Skip to main content

Purchase Tickets

Getting Out & Staying Out: Eastern State Escapes

They scaled the walls using makeshift ladders, lowered themselves out of windows using bedsheets, dug elaborate tunnels underneath the prison, and even walked right through its massive front gate. While escapes were not a particularly common occurrence at Eastern State Penitentiary, they did happen. Over the course of the prison’s 142 years of operation, the facility saw more than 100 escape attempts, and at least 59 people managed to make it outside Eastern State’s 30-foot-tall (and at least ten-foot-deep) perimeter walls.

Eastern State Penitentiary received its first prisoner in 1829. Just three years later, it would see its first escape when William Hamilton, who worked as the warden’s waiter, lowered himself from the roof of the front building. Perhaps the most well-known escape attempt came in 1945 when “Slick Willie” Sutton – notorious for robbing banks – along with Clarence Klinedinst – who worked repairing masonry – and 10 other prisoners breached the walls by crawling through a prisoner-dug tunnel that went almost 100 feet underground.

While escape attempts were not a common occurrence, truly successful escapes from the penitentiary were even more unusual. For years, researchers and educators believed that just one person, Leo Callahan, managed to escape Eastern State Penitentiary and evade recapture indefinitely. But with centuries of stories to uncover, we are always making new discoveries. Now, we believe that at least four people escaped Eastern State and remained permanently at large.

Leo Callahan (1923)

Melanie Rodbart Headshot

Leo Callahan was incarcerated at Eastern State Penitentiary after he was found guilty of assault and battery with intent to kill and sentenced to 18.5 to 24 years. In 1923, Callahan and five other prisoners built a ladder that they used to scale the east wall of the penitentiary after subduing two guards. His five accomplices were all eventually recaptured — including one who made it as far as Honolulu, Hawaii — but Callahan was never found. For years, Eastern State researchers believed Callahan was the only person to ever successfully escape from Eastern State; however, we now know that wasn't the case.

Bernard Teese (1838)

Bernard Teese was two years into a three-year sentence for horse stealing when he escaped on August 27, 1838. Bernard succeeded in opening his cell door and made his escape over the penitentiary’s perimeter wall. In January 1839, the warden noted that: “I have taken much trouble and spent more than $100 in endeavoring to trace and take him, but without the least success.” His records list his method of discharge as “escaped.” In addition, documents like his father’s will, written in 1843, suggest his family members never saw him again.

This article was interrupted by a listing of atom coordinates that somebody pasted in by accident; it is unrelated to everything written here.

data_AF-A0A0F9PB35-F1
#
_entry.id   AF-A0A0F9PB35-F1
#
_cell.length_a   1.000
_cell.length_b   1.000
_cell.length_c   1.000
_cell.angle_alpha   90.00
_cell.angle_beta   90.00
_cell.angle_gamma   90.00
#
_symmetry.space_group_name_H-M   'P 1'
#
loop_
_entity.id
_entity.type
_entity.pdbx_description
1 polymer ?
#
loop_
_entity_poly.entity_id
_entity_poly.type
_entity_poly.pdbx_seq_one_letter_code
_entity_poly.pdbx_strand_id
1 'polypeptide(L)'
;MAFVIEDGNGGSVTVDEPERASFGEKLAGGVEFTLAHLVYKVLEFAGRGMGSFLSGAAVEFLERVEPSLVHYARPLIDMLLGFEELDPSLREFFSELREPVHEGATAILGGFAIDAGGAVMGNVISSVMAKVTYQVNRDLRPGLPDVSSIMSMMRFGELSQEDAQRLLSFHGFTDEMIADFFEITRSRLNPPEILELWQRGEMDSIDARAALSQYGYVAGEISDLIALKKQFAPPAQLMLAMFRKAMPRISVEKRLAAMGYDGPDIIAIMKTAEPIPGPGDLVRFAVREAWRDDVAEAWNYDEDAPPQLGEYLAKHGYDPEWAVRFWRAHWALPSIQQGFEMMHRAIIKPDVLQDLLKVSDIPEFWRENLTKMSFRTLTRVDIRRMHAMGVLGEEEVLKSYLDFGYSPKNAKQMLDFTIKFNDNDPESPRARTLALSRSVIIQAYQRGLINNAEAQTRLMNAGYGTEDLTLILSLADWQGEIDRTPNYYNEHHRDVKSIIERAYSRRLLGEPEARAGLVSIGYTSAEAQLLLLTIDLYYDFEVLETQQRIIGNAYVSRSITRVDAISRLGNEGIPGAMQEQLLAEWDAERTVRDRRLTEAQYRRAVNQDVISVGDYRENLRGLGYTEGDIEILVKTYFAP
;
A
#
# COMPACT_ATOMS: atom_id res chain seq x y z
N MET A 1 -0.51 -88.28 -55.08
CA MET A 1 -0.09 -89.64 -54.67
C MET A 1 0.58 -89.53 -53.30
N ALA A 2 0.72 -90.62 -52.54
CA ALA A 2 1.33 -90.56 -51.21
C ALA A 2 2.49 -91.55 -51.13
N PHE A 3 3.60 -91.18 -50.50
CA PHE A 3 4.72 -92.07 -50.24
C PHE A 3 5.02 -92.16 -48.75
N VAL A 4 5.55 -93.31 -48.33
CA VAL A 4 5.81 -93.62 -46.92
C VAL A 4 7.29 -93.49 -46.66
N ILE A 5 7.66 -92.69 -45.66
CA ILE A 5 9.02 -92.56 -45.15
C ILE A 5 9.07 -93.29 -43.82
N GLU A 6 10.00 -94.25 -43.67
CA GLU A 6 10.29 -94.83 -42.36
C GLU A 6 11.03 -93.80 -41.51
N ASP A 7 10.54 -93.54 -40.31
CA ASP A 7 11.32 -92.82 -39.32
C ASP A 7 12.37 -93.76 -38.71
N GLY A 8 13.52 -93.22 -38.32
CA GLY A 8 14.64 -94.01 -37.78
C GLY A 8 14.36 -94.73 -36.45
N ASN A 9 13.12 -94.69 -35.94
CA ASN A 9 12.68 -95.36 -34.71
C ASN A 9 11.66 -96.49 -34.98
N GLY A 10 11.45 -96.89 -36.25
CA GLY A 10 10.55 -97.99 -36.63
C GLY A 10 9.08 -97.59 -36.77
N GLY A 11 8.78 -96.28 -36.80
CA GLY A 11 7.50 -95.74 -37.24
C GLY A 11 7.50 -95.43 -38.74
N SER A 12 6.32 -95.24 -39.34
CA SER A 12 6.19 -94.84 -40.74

Patrick Lafferty (1866)

Patrick Lafferty managed to walk right through the front gate. Seven years into a 12-year sentence for second-degree murder at Eastern State Penitentiary, he escaped on November 6, 1866. The warden wrote that Patrick had: “…dressed himself in a suit of clothes belonging to a prisoner…going out on expiration of sentence and was permitted by said Officer Caines to pass out.” The warden dispatched officers to search for Lafferty throughout the city and adjacent districts without success.

Timothy Boyle (1877)

Short newspaper article describing Timothy Boyle's escape

Timothy Boyle worked in the bakery and used that to his advantage when he escaped on December 31, 1877. With the help of two other bakery workers, Boyle concealed himself in an empty cask that was on a wagon leaving the prison. He was nearly two years into a 12-year sentence for second-degree murder. The driver of the wagon returned to the prison and told staff that, upon reaching his destination, he found the rear cask empty and laying open in the wagon. The Philadelphia Inquirer was among the national media outlets that covered the escape, and Boyle’s story continued to make headlines for years to come. Two years after the event, the Harrisburg Daily Independent claimed he “made his escape to Europe.”

We will probably never know what happened to these four individuals who managed to get out of Eastern State Penitentiary and stay out. And as this discovery goes to show, it’s impossible to predict everything we might learn as we continue to research Eastern State’s history and uncover the stories of people who lived and worked here. But one thing’s for certain, our archives will always continue to surprise us!

2017 American Aliance of Museums Excellence in Exhibitions Overall Winner